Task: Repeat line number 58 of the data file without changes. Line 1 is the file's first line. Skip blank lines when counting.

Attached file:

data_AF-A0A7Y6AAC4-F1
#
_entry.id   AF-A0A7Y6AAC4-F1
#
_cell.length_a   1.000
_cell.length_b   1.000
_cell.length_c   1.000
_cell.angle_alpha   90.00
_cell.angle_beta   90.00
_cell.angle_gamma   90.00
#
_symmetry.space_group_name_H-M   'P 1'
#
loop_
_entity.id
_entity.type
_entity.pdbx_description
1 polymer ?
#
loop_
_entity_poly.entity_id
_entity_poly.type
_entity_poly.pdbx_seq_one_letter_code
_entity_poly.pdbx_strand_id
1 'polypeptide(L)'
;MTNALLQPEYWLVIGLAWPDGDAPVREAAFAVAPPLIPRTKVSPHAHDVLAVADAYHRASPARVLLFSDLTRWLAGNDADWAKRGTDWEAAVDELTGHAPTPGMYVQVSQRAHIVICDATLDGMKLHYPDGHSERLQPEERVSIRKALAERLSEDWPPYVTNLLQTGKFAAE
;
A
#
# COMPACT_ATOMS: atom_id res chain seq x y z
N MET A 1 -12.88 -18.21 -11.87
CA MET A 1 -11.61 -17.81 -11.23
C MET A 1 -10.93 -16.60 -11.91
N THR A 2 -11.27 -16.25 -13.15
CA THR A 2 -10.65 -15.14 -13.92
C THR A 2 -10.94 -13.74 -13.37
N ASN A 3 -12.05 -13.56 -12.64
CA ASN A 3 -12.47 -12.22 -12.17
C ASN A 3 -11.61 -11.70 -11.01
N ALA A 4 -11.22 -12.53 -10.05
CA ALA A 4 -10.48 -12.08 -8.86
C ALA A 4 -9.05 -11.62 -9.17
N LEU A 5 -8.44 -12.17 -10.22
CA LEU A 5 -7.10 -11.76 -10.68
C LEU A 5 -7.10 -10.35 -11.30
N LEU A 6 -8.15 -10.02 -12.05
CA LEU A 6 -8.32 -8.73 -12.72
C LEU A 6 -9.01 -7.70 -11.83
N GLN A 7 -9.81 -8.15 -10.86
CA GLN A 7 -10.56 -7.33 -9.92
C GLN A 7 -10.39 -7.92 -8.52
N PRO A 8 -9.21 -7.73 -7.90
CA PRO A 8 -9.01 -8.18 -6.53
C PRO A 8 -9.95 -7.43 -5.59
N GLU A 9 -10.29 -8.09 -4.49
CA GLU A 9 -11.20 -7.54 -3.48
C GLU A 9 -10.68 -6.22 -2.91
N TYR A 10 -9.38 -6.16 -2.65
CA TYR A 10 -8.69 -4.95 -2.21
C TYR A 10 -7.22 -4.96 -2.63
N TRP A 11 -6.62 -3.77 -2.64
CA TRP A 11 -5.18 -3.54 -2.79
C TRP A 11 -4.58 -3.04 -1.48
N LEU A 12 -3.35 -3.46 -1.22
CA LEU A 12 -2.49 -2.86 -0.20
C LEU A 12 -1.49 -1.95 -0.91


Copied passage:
N TYR A 10 -9.38 -6.16 -2.65